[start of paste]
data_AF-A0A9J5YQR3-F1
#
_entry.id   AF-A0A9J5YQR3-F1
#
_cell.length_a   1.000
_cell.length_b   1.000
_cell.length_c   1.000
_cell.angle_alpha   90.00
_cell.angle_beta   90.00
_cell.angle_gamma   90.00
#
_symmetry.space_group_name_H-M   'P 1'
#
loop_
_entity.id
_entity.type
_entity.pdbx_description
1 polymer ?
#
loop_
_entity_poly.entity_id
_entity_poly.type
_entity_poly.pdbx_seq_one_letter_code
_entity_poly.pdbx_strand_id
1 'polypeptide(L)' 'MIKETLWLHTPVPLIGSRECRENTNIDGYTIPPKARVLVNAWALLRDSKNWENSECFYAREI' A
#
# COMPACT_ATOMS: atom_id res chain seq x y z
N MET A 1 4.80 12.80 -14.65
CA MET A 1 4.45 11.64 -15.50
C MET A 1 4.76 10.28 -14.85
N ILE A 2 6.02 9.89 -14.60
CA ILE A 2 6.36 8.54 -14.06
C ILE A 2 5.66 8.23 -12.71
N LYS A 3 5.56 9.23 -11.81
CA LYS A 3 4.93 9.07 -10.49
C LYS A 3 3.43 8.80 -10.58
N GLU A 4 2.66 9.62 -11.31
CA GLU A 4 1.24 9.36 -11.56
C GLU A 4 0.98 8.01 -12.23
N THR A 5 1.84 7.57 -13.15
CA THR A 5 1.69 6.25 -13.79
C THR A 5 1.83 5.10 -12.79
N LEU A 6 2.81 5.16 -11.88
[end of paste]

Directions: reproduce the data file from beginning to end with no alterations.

data_AF-A0A9J5YQR3-F1
#
_entry.id   AF-A0A9J5YQR3-F1
#
_cell.length_a   1.000
_cell.length_b   1.000
_cell.length_c   1.000
_cell.angle_alpha   90.00
_cell.angle_beta   90.00
_cell.angle_gamma   90.00
#
_symmetry.space_group_name_H-M   'P 1'
#
loop_
_entity.id
_entity.type
_entity.pdbx_description
1 polymer ?
#
loop_
_entity_poly.entity_id
_entity_poly.type
_entity_poly.pdbx_seq_one_letter_code
_entity_poly.pdbx_strand_id
1 'polypeptide(L)' 'MIKETLWLHTPVPLIGSRECRENTNIDGYTIPPKARVLVNAWALLRDSKNWENSECFYAREI' A
#
# COMPACT_ATOMS: atom_id res chain seq x y z
N MET A 1 4.80 12.80 -14.65
CA MET A 1 4.45 11.64 -15.50
C MET A 1 4.76 10.28 -14.85
N ILE A 2 6.02 9.89 -14.60
CA ILE A 2 6.36 8.54 -14.06
C ILE A 2 5.66 8.23 -12.71
N LYS A 3 5.56 9.23 -11.81
CA LYS A 3 4.93 9.07 -10.49
C LYS A 3 3.43 8.80 -10.58
N GLU A 4 2.66 9.62 -11.31
CA GLU A 4 1.24 9.36 -11.56
C GLU A 4 0.98 8.01 -12.23
N THR A 5 1.84 7.57 -13.15
CA THR A 5 1.69 6.25 -13.79
C THR A 5 1.83 5.10 -12.79
N LEU A 6 2.81 5.16 -11.88